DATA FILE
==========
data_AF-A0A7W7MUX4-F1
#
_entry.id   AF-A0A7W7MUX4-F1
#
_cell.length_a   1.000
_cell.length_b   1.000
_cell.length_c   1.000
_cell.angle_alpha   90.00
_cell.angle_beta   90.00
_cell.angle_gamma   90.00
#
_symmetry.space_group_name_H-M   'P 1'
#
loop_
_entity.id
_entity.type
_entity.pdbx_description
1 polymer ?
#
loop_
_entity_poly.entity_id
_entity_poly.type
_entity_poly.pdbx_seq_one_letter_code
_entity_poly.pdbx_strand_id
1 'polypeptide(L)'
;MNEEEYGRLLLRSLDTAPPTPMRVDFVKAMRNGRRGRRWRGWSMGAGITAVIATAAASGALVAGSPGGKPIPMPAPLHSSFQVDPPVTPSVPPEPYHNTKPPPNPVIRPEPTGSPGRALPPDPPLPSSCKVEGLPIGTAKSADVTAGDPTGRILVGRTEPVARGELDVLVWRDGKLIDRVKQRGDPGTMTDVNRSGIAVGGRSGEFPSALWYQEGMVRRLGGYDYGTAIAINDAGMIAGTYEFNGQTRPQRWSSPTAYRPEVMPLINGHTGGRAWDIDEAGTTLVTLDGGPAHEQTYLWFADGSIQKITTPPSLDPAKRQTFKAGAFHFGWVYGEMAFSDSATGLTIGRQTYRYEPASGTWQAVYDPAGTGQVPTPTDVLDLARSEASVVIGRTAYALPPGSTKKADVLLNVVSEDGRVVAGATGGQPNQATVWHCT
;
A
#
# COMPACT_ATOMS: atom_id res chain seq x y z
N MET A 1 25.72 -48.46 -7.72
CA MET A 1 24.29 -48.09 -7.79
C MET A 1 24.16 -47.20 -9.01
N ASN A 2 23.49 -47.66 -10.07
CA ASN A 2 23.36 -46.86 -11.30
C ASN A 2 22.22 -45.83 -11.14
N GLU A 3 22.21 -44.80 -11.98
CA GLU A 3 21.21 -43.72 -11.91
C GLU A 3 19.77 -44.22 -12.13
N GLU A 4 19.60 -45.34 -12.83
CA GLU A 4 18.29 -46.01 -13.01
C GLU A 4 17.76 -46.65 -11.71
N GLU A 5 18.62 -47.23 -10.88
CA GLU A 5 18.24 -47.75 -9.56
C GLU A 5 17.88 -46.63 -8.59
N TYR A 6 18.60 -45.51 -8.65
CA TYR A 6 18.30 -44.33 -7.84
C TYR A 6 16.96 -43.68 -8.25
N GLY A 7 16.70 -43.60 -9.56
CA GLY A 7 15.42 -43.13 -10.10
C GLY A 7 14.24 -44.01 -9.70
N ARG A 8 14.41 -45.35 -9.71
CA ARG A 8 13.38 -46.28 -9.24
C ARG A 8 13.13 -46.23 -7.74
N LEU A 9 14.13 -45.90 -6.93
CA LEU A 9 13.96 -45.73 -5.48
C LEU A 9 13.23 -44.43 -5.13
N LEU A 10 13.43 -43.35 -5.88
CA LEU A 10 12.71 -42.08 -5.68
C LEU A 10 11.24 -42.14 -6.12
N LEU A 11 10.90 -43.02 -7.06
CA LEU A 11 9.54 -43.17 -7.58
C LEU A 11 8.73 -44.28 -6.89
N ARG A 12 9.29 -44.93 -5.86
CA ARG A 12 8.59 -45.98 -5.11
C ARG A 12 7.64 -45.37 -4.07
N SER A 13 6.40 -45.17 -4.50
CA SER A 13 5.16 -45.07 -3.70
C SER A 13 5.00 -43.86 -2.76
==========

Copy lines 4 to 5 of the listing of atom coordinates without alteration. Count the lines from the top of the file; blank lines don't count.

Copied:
#
_cell.length_a   1.000